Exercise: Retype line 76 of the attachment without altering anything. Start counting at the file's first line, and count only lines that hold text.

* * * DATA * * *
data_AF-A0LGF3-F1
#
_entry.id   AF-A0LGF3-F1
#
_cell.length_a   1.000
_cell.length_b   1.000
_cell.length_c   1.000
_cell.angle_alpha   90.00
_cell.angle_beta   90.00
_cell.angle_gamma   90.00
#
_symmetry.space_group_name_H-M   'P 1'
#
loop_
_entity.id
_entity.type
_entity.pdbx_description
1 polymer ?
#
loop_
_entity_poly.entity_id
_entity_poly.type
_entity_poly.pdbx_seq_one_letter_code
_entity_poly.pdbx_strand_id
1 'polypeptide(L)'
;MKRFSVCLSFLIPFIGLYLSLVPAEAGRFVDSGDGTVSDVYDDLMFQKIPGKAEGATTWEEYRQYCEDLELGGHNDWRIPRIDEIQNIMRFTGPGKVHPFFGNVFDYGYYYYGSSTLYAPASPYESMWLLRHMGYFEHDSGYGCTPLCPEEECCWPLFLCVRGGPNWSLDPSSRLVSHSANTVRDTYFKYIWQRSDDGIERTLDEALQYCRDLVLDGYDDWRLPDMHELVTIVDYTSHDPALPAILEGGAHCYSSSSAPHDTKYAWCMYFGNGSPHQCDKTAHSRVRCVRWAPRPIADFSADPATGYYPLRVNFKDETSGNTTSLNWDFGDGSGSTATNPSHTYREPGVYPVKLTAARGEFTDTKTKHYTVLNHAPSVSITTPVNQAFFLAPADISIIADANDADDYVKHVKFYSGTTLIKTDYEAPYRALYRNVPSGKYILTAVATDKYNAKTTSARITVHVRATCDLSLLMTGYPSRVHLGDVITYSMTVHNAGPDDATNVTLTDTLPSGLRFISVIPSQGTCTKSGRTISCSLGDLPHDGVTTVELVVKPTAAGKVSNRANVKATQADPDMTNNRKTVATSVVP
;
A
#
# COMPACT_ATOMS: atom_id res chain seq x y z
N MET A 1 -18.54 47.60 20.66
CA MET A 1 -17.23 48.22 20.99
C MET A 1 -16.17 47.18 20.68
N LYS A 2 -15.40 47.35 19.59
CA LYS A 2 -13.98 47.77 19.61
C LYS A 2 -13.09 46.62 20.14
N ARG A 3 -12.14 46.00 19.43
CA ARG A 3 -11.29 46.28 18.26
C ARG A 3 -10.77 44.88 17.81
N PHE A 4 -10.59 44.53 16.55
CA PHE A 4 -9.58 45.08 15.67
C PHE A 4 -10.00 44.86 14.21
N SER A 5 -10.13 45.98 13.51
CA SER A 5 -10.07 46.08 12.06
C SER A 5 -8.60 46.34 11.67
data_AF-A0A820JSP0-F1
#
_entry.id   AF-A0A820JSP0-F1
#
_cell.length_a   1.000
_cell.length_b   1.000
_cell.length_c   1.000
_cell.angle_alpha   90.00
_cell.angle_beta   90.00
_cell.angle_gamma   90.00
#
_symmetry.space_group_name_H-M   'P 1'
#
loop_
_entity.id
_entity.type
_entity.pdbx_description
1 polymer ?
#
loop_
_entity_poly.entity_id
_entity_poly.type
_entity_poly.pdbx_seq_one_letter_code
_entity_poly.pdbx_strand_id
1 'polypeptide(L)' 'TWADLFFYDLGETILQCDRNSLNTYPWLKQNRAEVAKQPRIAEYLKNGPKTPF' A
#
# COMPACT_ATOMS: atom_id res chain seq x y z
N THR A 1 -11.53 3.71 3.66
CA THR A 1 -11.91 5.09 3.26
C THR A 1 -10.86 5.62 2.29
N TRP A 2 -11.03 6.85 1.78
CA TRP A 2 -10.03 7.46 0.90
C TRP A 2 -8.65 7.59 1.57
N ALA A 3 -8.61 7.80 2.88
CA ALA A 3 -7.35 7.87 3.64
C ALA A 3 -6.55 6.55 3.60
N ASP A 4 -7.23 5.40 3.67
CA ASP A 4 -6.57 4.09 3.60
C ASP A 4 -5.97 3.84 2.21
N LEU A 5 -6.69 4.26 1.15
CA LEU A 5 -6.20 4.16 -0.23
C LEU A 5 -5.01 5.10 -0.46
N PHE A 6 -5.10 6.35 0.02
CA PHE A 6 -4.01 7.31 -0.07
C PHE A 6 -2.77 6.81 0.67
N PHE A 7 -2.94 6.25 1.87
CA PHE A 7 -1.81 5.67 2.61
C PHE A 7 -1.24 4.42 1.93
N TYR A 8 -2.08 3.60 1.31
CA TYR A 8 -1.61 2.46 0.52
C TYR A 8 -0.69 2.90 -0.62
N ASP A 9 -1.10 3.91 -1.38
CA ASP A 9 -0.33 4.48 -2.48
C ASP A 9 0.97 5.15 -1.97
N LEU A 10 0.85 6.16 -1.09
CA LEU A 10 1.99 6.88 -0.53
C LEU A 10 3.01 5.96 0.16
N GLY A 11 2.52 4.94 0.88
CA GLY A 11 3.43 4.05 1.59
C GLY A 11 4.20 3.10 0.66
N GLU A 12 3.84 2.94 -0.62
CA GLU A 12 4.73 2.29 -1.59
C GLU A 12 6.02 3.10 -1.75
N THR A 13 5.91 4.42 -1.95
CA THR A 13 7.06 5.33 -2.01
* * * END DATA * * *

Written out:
N TRP A 2 -11.03 6.85 1.78